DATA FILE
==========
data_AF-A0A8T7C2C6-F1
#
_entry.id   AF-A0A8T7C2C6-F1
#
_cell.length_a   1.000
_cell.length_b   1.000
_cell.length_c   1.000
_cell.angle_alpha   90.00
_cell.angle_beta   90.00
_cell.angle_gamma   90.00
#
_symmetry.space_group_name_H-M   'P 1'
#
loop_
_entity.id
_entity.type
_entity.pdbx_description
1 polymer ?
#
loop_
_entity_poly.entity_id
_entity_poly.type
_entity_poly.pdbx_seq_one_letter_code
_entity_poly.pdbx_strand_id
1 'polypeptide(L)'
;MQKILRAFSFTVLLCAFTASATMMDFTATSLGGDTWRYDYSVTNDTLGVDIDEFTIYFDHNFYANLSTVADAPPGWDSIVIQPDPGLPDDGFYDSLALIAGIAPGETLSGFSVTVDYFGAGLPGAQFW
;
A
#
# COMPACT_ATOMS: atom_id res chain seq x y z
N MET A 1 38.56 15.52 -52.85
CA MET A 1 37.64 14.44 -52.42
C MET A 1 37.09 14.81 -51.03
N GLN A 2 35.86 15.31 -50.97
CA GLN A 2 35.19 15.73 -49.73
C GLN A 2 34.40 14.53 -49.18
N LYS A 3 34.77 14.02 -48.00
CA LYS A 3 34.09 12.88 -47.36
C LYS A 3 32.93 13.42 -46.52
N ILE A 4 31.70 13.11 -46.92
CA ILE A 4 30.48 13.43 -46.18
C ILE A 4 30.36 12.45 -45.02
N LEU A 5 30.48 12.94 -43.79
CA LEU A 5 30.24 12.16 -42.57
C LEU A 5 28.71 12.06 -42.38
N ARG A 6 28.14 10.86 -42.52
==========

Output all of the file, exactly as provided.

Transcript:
data_AF-A0A8T7C2C6-F1
#
_entry.id   AF-A0A8T7C2C6-F1
#
_cell.length_a   1.000
_cell.length_b   1.000
_cell.length_c   1.000
_cell.angle_alpha   90.00
_cell.angle_beta   90.00
_cell.angle_gamma   90.00
#
_symmetry.space_group_name_H-M   'P 1'
#
loop_
_entity.id
_entity.type
_entity.pdbx_description
1 polymer ?
#
loop_
_entity_poly.entity_id
_entity_poly.type
_entity_poly.pdbx_seq_one_letter_code
_entity_poly.pdbx_strand_id
1 'polypeptide(L)'
;MQKILRAFSFTVLLCAFTASATMMDFTATSLGGDTWRYDYSVTNDTLGVDIDEFTIYFDHNFYANLSTVADAPPGWDSIVIQPDPGLPDDGFYDSLALIAGIAPGETLSGFSVTVDYFGAGLPGAQFW
;
A
#
# COMPACT_ATOMS: atom_id res chain seq x y z
N MET A 1 38.56 15.52 -52.85
CA MET A 1 37.64 14.44 -52.42
C MET A 1 37.09 14.81 -51.03
N GLN A 2 35.86 15.31 -50.97
CA GLN A 2 35.19 15.73 -49.73
C GLN A 2 34.40 14.53 -49.18
N LYS A 3 34.77 14.02 -48.00
CA LYS A 3 34.09 12.88 -47.36
C LYS A 3 32.93 13.42 -46.52
N ILE A 4 31.70 13.11 -46.92
CA ILE A 4 30.48 13.43 -46.18
C ILE A 4 30.36 12.45 -45.02
N LEU A 5 30.48 12.94 -43.79
CA LEU A 5 30.24 12.16 -42.57
C LEU A 5 28.71 12.06 -42.38
N ARG A 6 28.14 10.86 -42.52